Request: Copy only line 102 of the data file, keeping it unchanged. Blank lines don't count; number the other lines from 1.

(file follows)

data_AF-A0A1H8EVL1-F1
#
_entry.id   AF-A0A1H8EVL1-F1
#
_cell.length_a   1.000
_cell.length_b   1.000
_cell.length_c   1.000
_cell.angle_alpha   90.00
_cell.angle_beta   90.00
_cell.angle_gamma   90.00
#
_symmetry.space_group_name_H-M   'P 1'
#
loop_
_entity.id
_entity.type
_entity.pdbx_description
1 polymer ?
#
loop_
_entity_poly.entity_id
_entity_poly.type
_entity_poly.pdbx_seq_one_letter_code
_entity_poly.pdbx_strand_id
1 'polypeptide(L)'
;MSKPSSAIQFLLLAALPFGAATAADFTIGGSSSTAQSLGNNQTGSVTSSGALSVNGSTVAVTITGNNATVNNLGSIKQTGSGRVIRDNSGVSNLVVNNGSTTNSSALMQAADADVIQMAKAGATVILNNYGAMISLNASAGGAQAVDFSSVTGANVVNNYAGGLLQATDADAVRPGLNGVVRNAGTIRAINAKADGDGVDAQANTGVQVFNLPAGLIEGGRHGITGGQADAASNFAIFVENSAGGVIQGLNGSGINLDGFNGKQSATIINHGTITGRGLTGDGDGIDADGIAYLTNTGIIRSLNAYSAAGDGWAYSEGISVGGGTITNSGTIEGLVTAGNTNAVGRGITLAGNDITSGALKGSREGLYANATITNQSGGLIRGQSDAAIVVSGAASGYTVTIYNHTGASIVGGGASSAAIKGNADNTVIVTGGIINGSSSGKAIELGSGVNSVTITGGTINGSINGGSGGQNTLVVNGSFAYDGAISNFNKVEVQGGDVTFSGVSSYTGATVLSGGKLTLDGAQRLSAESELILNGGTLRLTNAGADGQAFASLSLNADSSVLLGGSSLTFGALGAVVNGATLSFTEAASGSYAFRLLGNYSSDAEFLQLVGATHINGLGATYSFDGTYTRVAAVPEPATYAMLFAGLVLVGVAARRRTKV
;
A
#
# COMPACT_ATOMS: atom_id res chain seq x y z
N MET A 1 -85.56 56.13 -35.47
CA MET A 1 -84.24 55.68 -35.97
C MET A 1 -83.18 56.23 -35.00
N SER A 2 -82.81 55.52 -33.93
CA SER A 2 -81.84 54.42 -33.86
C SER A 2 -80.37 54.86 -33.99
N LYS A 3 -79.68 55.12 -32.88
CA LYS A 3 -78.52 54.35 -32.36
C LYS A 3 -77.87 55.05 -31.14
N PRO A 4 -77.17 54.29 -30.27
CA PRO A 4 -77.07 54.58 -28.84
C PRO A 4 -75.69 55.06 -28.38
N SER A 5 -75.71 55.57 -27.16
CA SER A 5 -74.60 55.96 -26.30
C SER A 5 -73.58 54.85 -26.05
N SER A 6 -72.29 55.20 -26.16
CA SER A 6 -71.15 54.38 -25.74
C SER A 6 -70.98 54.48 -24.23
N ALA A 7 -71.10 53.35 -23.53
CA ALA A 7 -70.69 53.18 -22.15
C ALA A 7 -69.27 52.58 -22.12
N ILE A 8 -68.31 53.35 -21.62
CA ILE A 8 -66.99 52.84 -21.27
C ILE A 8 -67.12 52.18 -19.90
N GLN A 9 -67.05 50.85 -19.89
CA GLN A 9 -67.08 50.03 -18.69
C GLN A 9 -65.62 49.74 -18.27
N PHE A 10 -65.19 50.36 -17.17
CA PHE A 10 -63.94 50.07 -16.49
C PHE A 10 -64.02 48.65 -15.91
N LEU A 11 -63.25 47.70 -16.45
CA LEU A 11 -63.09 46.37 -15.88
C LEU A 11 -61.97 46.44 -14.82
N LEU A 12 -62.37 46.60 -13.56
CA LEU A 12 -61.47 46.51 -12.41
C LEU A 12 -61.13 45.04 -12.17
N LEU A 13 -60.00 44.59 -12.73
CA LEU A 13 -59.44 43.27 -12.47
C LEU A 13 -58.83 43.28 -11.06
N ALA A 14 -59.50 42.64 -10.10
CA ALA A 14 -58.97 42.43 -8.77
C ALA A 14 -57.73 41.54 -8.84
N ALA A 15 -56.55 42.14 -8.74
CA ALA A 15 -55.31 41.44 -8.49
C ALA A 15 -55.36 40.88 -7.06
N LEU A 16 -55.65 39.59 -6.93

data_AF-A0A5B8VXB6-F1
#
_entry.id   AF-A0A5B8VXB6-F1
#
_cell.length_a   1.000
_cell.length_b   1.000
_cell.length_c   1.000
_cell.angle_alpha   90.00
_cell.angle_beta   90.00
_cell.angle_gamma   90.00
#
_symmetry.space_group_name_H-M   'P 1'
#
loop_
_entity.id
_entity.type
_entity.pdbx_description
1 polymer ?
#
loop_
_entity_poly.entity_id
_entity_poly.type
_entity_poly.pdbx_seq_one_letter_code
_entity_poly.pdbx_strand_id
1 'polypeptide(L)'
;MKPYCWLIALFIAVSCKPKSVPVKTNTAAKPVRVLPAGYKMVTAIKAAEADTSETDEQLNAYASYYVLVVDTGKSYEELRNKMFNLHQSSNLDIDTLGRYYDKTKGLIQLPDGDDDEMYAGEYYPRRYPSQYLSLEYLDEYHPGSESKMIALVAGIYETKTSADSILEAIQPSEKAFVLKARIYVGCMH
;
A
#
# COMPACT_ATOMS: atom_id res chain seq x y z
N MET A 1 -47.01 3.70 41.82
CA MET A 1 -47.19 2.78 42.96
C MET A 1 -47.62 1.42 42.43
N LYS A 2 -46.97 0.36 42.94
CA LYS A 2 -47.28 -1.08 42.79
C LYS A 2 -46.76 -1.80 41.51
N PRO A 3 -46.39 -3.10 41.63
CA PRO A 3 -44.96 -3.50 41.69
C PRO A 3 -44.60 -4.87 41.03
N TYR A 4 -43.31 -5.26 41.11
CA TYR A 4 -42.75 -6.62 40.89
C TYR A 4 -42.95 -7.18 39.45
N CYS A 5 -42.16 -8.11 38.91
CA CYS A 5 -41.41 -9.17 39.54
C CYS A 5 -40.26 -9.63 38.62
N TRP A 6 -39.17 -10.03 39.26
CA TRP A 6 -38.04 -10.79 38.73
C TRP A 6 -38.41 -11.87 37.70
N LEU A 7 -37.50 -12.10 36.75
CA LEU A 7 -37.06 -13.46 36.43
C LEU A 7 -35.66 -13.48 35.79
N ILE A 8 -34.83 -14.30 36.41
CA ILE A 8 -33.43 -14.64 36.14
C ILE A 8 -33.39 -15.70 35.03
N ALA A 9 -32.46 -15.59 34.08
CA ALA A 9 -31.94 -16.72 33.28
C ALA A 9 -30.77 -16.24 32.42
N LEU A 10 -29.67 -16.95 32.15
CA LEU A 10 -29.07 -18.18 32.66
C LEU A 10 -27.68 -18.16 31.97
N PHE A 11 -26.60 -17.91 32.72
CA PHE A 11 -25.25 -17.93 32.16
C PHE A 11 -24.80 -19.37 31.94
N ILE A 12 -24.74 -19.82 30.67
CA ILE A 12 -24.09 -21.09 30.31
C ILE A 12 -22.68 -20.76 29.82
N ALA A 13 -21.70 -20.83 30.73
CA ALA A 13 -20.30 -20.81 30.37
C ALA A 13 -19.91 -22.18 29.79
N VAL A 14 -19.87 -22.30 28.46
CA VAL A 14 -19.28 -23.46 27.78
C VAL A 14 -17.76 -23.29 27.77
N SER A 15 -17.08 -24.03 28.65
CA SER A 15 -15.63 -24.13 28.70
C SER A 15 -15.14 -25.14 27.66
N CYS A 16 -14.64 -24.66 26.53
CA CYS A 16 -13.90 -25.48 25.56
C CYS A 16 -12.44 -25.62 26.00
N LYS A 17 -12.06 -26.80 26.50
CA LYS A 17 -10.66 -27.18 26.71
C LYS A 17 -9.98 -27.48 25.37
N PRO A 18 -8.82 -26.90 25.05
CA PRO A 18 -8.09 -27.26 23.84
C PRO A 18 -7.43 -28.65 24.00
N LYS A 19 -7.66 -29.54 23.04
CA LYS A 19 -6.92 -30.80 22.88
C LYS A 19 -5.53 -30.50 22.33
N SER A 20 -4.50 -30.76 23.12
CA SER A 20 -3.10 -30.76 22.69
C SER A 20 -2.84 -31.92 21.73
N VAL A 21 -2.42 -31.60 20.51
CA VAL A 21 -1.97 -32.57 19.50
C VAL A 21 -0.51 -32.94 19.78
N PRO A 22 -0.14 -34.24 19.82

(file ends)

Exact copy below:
;MKPYCWLIALFIAVSCKPKSVPVKTNTAAKPVRVLPAGYKMVTAIKAAEADTSETDEQLNAYASYYVLVVDTGKSYEELRNKMFNLHQSSNLDIDTLGRYYDKTKGLIQLPDGDDDEMYAGEYYPRRYPSQYLSLEYLDEYHPGSESKMIALVAGIYETKTSADSILEAIQPSEKAFVLKARIYVGCMH